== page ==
Biography and History

Otto Kahn, international banker, philanthropist, and patron of the arts and music, was born in Mannheim, Germany, on February 21, 1867. He was the son of Bernhard, a banker, and Emma Kahn. His father took part in the German Revolution of 1848 and was condemned to death. He escaped to America and became a naturalized citizen. After ten years he returned to Germany and was able to marry Emma Eberstadt with the consent of her parents on the condition that he not return to America.

At the age of 17, Kahn finished his studies and began work as a junior clerk in a banking house in Karlsruhe. While learning the fundamental skills of banking, he continued his musical studies and attended lectures at the local university. Kahn then served in the military for a few years. Afterward he returned to banking and spent the next five years in London with Deutsche-Bank. Then in 1893 he accepted a position in the United States with the banking firm Speyer & Co.

Kahn married Addie Wolff in 1896 and together they had four children: Emily Maud, Margaret-Dorothy, Gilbert Wolff, and Roger Wolff. On January 1, 1897, Kahn entered the banking firm of Kuhn, Loeb & Co. as a partner. Kahn aided the reorganization of the Union Pacific and many other railroad companies making Kuhn, Loeb & Co. one of the top banking houses.

Kahn served as the director of both Equitable Trust Co. of New York and Los Angeles & Salt Lake R. R. Co., and as the chairman of the Finance and Currency Committee of the Chamber of Commerce of the State of New York. He was also a trustee of MIT, Rutgers College, and Carnegie Institute of Technology. Many universities, such as Michigan, George Washington, and Lincoln Memorial, have awarded him honorary degrees.

During World War I, Kahn played a very active role in aiding public services in various countries. The governments of France, Belgium, Italy, and Spain bestowed high honors on him for his philanthropic work.Kahn was a life-long patron of the arts and music, especially in New York City, and held various positions on the Board of the Metropolitan Opera House for over 25 years. He was responsible for bringing in Guilo Gatti-Casazza as director and Arturo Toscanini as principal conductor, as well as making many artistic and business reforms. Kahn also founded the Chicago Opera and served on the board of various other musical companies.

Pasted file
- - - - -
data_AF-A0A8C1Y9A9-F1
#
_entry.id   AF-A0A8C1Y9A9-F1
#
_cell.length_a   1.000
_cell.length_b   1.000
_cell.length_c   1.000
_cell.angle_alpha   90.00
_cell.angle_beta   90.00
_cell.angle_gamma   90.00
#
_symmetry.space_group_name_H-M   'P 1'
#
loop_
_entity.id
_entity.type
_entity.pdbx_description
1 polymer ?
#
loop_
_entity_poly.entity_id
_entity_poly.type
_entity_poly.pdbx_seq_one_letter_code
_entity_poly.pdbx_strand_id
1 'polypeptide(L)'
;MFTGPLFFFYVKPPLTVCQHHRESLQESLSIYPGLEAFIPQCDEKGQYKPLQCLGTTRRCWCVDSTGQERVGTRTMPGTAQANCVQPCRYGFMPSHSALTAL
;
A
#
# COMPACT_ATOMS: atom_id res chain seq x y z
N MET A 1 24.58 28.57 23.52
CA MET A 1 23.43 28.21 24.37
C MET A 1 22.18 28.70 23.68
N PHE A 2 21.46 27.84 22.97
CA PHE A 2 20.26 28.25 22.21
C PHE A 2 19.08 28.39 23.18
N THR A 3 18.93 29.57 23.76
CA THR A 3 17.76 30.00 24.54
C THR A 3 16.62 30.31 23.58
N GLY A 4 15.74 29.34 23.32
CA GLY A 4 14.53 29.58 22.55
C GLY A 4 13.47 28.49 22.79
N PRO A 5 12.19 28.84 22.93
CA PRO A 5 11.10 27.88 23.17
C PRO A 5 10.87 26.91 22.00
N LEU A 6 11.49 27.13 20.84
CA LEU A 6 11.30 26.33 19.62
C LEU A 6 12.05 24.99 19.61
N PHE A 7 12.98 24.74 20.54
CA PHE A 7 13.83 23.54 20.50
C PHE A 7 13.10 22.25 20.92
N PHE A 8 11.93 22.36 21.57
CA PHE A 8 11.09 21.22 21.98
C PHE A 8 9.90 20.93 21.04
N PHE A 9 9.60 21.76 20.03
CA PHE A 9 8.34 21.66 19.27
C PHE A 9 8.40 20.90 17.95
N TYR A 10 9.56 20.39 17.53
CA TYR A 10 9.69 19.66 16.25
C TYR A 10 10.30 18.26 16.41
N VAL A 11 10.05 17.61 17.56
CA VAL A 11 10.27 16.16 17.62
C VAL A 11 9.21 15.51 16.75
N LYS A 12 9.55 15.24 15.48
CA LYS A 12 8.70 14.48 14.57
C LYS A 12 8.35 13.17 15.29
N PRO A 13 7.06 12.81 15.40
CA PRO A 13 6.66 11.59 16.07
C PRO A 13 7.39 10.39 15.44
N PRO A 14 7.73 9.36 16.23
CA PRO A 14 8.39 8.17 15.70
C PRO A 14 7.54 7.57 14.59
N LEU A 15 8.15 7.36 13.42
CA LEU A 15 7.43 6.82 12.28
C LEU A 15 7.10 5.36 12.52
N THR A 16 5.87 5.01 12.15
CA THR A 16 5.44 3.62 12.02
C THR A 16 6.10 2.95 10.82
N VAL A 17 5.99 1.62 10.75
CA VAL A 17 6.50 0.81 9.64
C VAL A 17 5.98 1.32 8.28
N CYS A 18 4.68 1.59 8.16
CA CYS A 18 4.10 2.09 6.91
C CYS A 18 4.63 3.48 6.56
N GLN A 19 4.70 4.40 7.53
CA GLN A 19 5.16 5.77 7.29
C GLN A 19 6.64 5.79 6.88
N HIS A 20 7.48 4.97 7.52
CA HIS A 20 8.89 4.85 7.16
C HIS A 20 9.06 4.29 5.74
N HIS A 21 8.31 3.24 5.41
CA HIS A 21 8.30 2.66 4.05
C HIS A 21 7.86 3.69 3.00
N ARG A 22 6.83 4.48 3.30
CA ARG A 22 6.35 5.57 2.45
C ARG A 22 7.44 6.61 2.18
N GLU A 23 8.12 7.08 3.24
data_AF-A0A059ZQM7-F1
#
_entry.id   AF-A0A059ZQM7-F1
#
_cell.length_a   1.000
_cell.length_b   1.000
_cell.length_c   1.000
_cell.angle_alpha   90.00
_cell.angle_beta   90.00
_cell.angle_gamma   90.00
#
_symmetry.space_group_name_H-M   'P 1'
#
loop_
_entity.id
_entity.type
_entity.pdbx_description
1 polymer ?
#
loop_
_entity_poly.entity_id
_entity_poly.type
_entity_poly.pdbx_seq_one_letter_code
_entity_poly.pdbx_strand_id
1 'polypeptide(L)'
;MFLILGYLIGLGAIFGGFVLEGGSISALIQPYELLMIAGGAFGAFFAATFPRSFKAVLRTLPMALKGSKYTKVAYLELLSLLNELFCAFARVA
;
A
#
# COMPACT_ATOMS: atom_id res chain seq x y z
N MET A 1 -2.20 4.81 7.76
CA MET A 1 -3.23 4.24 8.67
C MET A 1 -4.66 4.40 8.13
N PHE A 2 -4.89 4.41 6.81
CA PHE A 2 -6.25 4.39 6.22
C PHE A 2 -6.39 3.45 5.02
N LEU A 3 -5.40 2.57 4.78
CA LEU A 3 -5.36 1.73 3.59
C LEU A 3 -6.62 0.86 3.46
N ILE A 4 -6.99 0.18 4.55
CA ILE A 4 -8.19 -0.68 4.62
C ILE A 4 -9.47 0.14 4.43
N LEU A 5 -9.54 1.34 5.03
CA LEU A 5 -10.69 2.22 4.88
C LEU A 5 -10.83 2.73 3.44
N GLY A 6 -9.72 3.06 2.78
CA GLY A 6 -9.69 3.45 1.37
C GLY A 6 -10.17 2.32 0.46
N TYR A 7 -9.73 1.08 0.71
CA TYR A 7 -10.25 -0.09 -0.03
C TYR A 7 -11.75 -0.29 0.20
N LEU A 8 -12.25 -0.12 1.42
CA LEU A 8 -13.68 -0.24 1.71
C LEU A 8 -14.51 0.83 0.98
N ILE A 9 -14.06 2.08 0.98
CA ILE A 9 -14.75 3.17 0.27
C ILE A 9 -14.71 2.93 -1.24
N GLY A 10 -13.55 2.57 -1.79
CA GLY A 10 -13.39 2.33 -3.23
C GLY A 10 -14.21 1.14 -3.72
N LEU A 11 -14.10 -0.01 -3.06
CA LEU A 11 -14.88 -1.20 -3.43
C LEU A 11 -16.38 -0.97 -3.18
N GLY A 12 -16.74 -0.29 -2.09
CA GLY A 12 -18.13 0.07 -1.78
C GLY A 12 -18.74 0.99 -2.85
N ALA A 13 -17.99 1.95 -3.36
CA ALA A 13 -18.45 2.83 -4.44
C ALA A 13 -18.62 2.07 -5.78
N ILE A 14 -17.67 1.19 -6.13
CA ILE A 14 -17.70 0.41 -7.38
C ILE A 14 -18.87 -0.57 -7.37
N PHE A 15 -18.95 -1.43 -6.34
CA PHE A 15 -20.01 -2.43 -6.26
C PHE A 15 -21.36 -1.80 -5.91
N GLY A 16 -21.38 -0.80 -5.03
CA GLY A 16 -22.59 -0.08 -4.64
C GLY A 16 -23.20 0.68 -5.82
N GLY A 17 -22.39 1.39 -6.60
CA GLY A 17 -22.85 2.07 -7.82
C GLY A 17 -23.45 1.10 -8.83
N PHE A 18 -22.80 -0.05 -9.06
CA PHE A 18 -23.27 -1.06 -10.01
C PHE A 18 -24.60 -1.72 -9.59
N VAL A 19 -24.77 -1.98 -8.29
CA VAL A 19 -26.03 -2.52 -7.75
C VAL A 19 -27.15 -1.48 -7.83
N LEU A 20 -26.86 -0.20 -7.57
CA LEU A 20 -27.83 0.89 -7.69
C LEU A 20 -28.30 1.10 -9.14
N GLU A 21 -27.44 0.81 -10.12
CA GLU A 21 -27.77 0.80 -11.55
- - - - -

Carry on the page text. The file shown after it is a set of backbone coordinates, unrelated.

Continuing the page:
Otto Kahn died of a heart attack in his New York office on March 30, 1934. His family received hundreds of condolences due to his long banking career, involvement in the arts, and other philanthropic endeavors.

Source: From the finding aid for TC032

  • Ivy Ledbetter Lee Papers. 1881-2003 (inclusive), 1915-1946 (bulk).

    Call Number: MC085"

    The Ivy L. Lee Papers consist of personal papers and material from the public relations firm of Ivy Lee and Associates documenting his public relations theories and practice. Included are correspondence, diaries, articles, writings, public relations material, newsreels, and photographs reflecting his interest in public relations, transportation (especially railroads), financial markets, and foreign relations, among others. The Papers also contain documents relating to other Lee family members including Reverend James W. Lee (father), Emma Eufaula Lee (mother), Cornelia Bartlett Bigelow Lee (wife), Alice Lee Cudlipp (daughter), James W. Lee II (son), and Ivy L. Lee, Jr. (son).

  • Otto H. Kahn Papers. 1908-1934 (inclusive), 1920-1933 (bulk).

    Call Number: TC032

    The Otto H. Kahn Papers consists primarily of the correspondence of Otto H. Kahn (1867-1934), international banker, philanthropist, and patron of the arts and music, but also includes printed copies of addresses, talks, opinions, and speeches that Kahn gave on a variety of political and fiscal topics, as well as press clippings, letterbooks, and some photographs.

  • Otto H. Kahn Papers. 1908-1934 (inclusive), 1920-1933 (bulk).

    Call Number: TC032

    The Otto H. Kahn Papers consists primarily of the correspondence of Otto H. Kahn (1867-1934), international banker, philanthropist, and patron of the arts and music, but also includes printed copies of addresses, talks, opinions, and speeches that Kahn gave on a variety of political and fiscal topics, as well as press clippings, letterbooks, and some photographs.